Nature and wildlifeEdit
The Pindus region covers a wide range of elevations and habitats, from deep canyons to steep mountains. The wide range in altitude results in two major forest zones:
- A conifer zone, where trees such as a subspecies of Austrian Pine and the endemic Greek fir, characterise the highest elevations, with juniper woodlands dominating near the timberline.
- A mixed broadleaf forest zone dominates the valleys and canyons of the middle and lower elevations.
Large breeding colonies of herons, spoonbills, egrets, and pelicans fish the waters of the mountain lakes of the Pindus. This is one of the few areas in Europe where the rare Dalmatian pelican can be found. Wolves, jackals, and bears are found in the forests.
The forests of this region have faced many threats over the course of human history, including overgrazing, agriculture, and deforestation. The greatest threats now come from the development of mountain tourism and ski resorts. Because of the instability of the soil on steep mountains, road-building and clear-cutting operations have led to dangerous landslides and the collapse of mountain slopes. Mining for bauxite, overgrazing, and over-collection of plants are also threatening the great biodiversity of this ecoregion.
In the Greek section of the Pindus mountains there are two national parks.
Vikos-Aoos National ParkEdit
Pindus National ParkEdit
The Pindus National Park (also known as Valia Kalda) is in a remote area in the north east of the Pindus mountains, north of the town of Metsovo and south of Perivoli. The park of some 7,000 hectares was established in 1966. There are forests of black pine and beech, and in the higher parts, Bosnian Pine (Pinus leucodermis). The park is a refuge for bears, wild cats, and lynxes.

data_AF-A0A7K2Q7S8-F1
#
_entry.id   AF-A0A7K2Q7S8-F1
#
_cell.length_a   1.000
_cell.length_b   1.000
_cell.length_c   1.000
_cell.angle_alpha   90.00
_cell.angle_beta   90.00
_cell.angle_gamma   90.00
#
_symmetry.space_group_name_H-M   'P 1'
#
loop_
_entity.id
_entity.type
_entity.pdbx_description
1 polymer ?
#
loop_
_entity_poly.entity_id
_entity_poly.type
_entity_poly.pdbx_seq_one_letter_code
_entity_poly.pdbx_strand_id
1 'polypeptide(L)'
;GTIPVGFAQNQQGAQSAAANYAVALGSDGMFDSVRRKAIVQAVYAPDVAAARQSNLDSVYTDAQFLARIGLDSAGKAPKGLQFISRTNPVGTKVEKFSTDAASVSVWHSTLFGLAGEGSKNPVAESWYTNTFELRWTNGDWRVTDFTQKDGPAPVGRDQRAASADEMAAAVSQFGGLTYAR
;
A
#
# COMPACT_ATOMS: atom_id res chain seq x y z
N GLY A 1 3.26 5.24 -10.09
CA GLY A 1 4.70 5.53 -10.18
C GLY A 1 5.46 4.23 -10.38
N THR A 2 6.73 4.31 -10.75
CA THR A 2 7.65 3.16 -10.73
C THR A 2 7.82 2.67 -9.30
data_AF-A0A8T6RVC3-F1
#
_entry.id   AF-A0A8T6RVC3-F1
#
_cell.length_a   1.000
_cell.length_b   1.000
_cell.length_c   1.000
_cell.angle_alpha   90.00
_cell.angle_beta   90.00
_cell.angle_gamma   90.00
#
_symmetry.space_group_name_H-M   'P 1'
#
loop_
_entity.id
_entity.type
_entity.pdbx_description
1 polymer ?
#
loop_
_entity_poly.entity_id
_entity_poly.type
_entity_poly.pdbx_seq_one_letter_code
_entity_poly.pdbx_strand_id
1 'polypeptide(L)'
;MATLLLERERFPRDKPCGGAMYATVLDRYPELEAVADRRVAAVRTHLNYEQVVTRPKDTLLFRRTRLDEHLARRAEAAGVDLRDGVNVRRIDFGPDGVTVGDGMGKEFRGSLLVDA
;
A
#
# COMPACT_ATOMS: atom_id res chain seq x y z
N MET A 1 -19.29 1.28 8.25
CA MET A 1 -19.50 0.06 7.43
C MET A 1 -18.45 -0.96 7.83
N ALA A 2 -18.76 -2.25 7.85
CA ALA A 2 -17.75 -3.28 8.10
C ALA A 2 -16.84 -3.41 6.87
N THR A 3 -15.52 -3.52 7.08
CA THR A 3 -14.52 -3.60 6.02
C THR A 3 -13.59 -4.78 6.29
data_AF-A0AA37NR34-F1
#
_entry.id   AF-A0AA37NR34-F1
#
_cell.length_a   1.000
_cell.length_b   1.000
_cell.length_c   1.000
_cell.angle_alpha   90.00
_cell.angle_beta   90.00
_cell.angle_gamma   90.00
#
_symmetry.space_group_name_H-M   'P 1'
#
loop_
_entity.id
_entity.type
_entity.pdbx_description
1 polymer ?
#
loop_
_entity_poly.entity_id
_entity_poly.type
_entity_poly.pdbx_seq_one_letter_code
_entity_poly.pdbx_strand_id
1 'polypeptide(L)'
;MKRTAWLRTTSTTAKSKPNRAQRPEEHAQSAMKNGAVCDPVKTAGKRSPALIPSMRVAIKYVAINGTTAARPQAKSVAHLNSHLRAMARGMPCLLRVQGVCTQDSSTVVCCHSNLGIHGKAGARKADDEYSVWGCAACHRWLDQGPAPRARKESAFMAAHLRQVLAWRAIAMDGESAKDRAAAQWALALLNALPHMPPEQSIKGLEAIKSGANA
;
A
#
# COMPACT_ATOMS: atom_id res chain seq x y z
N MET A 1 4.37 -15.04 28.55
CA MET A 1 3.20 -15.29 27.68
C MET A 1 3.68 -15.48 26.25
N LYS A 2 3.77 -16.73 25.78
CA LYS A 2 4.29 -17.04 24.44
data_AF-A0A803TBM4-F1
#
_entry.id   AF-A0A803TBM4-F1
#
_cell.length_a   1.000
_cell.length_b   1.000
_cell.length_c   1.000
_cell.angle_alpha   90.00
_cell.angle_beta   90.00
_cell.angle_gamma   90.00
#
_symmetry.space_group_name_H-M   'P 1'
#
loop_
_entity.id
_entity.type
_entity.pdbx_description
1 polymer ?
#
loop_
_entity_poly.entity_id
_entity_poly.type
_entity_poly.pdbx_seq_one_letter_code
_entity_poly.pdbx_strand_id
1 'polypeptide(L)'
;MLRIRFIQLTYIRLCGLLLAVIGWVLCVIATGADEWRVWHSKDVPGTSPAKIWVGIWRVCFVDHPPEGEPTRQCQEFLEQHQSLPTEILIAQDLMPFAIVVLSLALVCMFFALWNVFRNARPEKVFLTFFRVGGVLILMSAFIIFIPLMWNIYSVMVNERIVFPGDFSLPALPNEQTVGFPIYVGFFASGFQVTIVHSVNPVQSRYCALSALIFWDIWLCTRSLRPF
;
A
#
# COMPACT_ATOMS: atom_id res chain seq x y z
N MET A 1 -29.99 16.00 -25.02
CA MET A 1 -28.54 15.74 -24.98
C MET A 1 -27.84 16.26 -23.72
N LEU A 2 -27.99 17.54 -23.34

The National Park was selected as main motif for two high value euro collectors' coins: the €10 Greek Birds and Flowers and Black Pine Trees commemorative coins, minted in 2007. On the obverse of the latter there is a panoramic view of the common black pine trees that are prevalent in the park.
- Latin form Pindus is used by Encarta. Both Pindus and Pindos are used by the Encyclopædia Britannica (here and here). It is the largest mountain range in Greece. Modern guidebooks tend to use Pindos (Baedeker's Greece, DK Eyewitness Travel Guide, Cicerone Mountain Walking) or Pindhos (Lonely Planet, Rough Guide).
- Moreri, Louis (1732). Pierre-Augustin Le Mercier (ed.). Le grand dictionnaire historique, ou Le mélange curieux de l'histoire sacrée et profane. 4. p. 1060.
- Hobhouse, John Cam (1825). A journey through Albania and other provinces of Turkey in Europe and Asia to Constantinople during the years 1809 and 1810, Volume 1. James Cawthorn. p. 61.
- Valia Kalda Refuge website
- N. Hammond, Epirus, vol. A΄, transl. Athanasiou Giagka, publ. Epirotiki Vivliothiki, Athens 1971, pp. 12–13.
- F. Dasoulas, “Pindos, oi geografikes kai istorikes diastaseis enos onomatos” [Pindos, the geographical and historic dimensions of a name], Epirotiko Imerologio 31(2012), pp. 189–254
- K. Tsipiras, Oreini Ellada [Mountainous Greece], publ. Kedros S.A., 2003, pp.14–61
- N. Kosmas, “Oi diodoi tis Pindou” [The passages of Pindos], Epirotiki Estia 4 (1955), pp. 14–20.
- N. Pihtos, H aisthitiki tis Pindou [The aesthetics of Pindos], publ. City of Metsovo, Ioannina 1988.
- B. Nitsiakos, Oi oreines koinotites tis voreias Pindou. Ston apoiho tis makras diarkeias [The mountainous settlements of Northern Pindos. Long term echoes], publ. Plethron, Athens 1995.